Pakistani student's father dies while he is stuck in Wuhan

From CNN’s Sophia Saifi

A Pakistani man who is stuck in Wuhan, China is appealing to his government to evacuate him, telling CNN that his father has died since he has been stuck in the city.

Mir Hassan, 27, is a PhD student studying computer architecture at Huazhong University of Science and Technology in Wuhan — the epicenter of the novel coronavirus outbreak. 

The city went into lockdown on January 23, and now tens of millions of people are unable to leave the city and the surrounding area, with checkpoints set up on roads, flights canceled and military police blocking train stations despite the suspension of train services.

Hassan told CNN that since he has been stuck in Wuhan, his father has died. 

“My father passed away on Friday, suddenly. He used to call me every day since this crisis broke out asking me to come home. I last spoke to him on Thursday. Friday morning I was messaged by my brother that my father is no more," he said.

Hassan told CNN he has received conflicting information from authorities regarding getting home.

“My university and the officials at the Chinese foreign affairs helpline have said that I have permission to leave. I am alone here, I beseech my government to please evacuate us please, we all want to go home, my mother needs me," he said.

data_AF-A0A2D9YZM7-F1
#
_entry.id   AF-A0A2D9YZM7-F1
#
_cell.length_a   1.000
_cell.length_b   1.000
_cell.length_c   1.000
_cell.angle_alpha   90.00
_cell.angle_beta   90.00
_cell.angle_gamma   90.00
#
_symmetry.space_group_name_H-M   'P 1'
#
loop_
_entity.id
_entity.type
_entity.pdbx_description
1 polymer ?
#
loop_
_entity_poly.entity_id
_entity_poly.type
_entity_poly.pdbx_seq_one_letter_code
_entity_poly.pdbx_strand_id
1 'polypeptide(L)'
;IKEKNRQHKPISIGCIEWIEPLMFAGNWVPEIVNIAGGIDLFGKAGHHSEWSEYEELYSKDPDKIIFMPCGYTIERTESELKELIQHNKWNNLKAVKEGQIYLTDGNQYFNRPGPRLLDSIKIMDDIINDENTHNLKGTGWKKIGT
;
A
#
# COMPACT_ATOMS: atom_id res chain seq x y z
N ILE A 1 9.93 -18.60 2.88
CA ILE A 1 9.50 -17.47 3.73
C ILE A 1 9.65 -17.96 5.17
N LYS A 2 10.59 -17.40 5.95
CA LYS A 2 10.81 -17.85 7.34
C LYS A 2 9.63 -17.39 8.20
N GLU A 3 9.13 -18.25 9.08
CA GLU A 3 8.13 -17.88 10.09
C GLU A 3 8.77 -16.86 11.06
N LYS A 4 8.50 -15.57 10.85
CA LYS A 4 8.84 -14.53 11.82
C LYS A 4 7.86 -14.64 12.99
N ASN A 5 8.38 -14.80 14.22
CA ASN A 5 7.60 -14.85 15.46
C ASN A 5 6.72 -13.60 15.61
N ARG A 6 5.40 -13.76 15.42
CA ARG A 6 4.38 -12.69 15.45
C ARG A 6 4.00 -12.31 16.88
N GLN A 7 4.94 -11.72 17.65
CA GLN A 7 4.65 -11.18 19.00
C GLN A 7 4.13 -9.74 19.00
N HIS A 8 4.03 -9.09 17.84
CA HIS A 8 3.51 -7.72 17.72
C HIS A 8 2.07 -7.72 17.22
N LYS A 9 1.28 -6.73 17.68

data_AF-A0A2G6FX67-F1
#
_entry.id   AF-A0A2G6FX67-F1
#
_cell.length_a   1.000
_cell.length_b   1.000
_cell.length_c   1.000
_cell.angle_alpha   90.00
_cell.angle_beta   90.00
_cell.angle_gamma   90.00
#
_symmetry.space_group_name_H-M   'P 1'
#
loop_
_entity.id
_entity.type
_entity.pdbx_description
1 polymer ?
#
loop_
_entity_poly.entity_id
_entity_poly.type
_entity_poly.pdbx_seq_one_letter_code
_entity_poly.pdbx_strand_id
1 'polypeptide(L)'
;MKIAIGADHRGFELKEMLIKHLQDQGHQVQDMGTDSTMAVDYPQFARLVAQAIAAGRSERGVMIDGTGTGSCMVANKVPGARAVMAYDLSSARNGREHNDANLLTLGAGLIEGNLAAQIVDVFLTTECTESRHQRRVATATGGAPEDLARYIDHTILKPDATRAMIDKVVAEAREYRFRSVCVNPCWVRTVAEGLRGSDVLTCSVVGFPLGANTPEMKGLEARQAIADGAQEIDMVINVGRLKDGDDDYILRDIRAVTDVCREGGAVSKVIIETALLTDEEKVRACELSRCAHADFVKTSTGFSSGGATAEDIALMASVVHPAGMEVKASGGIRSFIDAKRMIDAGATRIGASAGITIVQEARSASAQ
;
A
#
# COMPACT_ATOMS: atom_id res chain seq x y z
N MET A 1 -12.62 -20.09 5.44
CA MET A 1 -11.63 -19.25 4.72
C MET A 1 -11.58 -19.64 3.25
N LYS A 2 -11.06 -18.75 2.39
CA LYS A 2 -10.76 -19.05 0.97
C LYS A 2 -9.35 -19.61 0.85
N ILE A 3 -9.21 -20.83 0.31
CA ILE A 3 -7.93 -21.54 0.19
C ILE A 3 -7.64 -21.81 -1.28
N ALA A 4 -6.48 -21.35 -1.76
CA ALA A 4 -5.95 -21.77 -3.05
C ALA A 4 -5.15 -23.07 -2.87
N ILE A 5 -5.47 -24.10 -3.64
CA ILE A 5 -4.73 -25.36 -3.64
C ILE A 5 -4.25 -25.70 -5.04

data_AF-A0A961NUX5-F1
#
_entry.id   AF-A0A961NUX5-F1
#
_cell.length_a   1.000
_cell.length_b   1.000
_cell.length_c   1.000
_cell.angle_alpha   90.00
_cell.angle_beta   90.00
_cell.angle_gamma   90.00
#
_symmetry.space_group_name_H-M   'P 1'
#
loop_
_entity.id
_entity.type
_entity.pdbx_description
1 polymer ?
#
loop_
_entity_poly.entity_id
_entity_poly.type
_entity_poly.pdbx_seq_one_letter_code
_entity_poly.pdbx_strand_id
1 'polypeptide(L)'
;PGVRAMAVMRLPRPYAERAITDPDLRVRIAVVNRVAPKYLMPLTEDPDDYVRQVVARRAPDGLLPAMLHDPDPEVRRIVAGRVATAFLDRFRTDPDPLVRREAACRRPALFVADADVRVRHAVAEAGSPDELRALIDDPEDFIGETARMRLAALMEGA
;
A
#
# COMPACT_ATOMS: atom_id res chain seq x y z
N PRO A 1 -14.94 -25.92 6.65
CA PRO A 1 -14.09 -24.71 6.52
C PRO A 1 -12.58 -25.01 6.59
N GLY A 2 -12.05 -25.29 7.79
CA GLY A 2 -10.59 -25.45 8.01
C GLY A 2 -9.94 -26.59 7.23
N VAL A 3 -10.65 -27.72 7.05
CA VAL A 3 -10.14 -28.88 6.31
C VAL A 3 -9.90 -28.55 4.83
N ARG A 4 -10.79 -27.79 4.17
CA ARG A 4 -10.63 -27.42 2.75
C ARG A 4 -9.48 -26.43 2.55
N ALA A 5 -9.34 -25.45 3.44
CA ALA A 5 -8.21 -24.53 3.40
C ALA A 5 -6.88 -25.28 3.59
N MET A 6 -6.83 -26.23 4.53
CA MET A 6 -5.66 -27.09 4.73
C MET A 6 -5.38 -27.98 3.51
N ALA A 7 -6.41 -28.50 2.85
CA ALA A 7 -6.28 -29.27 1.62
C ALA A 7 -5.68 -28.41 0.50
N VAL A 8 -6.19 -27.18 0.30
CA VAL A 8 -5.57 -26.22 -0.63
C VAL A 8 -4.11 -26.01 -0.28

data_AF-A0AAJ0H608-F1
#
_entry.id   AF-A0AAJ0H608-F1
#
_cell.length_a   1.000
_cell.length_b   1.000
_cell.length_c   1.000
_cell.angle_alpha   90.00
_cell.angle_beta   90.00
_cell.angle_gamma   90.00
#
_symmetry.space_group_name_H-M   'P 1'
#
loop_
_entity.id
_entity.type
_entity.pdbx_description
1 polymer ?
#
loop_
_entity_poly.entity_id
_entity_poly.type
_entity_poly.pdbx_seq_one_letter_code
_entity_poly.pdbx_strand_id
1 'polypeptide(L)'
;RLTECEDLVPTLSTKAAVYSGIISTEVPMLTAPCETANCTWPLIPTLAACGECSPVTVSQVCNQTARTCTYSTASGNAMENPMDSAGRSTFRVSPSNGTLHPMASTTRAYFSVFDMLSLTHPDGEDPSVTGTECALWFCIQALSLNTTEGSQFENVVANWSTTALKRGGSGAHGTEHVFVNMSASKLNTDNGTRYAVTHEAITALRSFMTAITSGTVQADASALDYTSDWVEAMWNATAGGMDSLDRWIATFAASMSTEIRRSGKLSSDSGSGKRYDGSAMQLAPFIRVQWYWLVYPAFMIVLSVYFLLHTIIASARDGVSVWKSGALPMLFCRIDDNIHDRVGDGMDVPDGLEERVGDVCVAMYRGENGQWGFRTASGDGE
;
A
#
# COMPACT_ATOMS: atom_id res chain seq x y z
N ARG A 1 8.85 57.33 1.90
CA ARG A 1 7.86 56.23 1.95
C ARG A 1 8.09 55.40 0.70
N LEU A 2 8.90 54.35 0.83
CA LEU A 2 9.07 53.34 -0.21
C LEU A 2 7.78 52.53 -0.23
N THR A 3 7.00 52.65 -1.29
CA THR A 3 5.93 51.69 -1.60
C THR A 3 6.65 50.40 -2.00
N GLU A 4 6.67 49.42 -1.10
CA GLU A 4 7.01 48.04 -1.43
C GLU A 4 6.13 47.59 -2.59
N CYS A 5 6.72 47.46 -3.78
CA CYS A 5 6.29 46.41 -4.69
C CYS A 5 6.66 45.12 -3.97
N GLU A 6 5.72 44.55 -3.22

“I have not gotten any assistance from the Pakistani Embassy in Beijing. They keep telling us that the Chinese government is preventing us from leaving, which is not true. The embassy simply needs to issue a non objection certificate to get us out of Wuhan which they are refusing to do," Hassan said.

Asked about Hassan’s plight, Dr. Zafar Mirza, Pakistan’s State Minister of Health told CNN: “We are absolutely saddened by the death of his father and he is very much in our thoughts.” 

Mirza said that authorities have been in touch with Hassan.

“What I know is that the embassy has been in touch with him and we are trying our best to meet his request. I can tell you we are in contact with Chinese authorities to get him out,” Mirza said. 

On Twitter, Mirza assured students in China that authorities were “intensely discussing the situation.”